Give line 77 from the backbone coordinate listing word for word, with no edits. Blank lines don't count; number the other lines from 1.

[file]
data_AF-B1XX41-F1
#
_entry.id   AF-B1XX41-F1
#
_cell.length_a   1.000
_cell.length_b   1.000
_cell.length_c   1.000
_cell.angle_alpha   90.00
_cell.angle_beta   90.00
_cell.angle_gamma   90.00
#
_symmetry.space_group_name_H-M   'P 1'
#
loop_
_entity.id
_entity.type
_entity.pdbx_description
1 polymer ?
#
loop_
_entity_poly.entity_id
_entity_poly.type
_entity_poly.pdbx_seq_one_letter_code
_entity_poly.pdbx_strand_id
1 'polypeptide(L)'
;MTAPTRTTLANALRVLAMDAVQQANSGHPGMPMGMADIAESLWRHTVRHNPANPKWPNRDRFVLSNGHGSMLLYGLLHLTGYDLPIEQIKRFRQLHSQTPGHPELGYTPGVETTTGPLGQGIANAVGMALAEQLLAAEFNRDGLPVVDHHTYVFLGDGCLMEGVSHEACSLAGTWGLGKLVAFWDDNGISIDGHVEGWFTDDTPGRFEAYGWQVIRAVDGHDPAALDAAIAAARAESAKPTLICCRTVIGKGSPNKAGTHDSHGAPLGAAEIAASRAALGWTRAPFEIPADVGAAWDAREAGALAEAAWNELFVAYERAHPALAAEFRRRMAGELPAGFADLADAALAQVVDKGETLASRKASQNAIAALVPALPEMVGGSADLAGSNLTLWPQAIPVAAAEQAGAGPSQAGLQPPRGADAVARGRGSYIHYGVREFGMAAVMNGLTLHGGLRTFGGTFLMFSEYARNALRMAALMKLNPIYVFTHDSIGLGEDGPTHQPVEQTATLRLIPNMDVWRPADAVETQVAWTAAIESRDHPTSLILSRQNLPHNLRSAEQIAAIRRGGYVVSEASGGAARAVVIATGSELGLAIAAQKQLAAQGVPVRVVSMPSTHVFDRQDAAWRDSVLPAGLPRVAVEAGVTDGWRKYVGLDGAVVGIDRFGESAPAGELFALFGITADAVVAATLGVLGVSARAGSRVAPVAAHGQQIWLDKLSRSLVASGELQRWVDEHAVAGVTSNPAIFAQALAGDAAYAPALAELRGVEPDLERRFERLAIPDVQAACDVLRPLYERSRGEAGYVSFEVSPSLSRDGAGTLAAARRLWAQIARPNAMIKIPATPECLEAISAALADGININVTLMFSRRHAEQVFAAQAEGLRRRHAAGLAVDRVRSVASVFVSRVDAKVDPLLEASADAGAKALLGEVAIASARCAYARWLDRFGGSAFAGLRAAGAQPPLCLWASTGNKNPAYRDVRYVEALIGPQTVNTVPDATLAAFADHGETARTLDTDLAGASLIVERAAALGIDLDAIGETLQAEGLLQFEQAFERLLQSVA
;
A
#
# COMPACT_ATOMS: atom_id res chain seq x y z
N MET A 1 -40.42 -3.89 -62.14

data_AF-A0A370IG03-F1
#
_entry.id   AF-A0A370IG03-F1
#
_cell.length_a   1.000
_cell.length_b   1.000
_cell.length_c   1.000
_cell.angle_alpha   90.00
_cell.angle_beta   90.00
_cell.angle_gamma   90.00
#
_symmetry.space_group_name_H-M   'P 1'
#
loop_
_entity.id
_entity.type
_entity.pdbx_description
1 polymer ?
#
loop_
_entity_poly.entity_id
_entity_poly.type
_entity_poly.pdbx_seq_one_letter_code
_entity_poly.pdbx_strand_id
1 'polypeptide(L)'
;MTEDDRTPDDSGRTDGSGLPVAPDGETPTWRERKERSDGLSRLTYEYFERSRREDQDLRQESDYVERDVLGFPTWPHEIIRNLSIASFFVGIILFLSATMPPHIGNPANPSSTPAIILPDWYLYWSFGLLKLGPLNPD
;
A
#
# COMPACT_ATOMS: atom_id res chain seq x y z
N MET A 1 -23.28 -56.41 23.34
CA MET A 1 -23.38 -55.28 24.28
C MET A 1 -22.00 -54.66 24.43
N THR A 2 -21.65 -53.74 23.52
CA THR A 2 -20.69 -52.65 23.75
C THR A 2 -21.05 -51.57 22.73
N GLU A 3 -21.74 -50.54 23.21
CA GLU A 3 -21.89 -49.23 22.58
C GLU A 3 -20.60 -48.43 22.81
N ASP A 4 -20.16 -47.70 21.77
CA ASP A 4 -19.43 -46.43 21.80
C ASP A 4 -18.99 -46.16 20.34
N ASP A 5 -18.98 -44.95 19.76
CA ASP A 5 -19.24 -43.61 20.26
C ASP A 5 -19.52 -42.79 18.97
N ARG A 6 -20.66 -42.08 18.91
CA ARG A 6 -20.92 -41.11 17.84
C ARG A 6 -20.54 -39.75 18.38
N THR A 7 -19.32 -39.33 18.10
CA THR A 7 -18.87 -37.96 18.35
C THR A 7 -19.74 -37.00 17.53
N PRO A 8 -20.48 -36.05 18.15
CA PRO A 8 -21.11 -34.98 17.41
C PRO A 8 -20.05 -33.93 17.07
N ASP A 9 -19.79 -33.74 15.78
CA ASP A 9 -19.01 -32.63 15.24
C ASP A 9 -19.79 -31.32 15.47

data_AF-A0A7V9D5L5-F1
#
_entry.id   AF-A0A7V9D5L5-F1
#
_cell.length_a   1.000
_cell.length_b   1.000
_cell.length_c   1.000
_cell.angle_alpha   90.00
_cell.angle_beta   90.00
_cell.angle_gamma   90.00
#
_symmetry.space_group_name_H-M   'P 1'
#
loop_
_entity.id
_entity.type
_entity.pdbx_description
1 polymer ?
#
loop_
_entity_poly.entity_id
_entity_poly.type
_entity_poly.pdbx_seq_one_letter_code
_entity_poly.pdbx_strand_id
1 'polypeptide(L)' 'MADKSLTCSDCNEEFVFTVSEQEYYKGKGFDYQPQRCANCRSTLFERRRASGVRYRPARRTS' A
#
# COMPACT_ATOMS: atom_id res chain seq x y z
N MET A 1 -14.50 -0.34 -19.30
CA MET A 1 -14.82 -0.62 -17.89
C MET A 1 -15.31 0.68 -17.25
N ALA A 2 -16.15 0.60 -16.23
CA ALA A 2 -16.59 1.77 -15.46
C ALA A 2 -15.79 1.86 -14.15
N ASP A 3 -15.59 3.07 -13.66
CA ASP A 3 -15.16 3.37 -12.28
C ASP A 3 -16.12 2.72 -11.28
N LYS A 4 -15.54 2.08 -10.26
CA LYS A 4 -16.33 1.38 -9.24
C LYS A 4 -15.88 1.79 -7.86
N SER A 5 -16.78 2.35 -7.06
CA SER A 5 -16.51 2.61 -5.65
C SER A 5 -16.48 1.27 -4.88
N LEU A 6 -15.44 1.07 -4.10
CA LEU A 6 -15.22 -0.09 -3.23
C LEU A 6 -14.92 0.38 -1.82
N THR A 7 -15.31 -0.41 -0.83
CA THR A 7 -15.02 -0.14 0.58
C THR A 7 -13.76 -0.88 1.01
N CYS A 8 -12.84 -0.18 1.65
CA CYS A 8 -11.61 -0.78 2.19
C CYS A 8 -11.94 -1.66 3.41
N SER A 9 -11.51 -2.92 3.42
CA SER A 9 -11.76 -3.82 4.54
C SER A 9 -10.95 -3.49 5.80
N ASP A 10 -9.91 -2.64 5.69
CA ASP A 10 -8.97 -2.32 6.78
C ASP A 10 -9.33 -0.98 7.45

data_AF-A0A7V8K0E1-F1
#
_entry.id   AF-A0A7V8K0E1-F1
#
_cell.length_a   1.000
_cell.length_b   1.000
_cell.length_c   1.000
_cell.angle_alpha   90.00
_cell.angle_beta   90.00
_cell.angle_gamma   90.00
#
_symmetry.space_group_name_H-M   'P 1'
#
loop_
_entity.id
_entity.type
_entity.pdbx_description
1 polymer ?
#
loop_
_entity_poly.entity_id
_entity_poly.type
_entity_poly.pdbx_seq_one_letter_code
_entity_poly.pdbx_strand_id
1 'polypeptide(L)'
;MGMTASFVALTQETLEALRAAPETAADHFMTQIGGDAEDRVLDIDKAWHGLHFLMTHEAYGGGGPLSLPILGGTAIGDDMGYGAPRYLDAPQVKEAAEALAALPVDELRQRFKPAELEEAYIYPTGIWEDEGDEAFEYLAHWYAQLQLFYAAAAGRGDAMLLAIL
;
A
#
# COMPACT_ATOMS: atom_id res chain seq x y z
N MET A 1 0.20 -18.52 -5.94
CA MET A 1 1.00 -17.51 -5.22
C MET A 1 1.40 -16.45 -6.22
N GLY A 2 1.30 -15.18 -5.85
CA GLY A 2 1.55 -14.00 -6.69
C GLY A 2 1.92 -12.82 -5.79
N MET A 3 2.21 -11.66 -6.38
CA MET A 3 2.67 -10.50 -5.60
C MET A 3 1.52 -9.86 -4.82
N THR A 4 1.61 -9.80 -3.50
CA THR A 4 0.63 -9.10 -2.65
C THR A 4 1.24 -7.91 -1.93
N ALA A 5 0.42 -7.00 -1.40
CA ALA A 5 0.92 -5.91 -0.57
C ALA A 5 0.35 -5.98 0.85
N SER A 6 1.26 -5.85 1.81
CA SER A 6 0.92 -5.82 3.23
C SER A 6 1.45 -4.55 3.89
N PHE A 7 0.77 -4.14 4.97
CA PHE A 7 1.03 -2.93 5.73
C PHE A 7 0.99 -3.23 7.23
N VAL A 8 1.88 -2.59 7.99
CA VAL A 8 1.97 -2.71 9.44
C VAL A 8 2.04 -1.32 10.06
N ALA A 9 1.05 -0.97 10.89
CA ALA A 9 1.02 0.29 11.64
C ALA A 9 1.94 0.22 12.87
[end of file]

N ARG A 6 -20.66 -42.08 18.91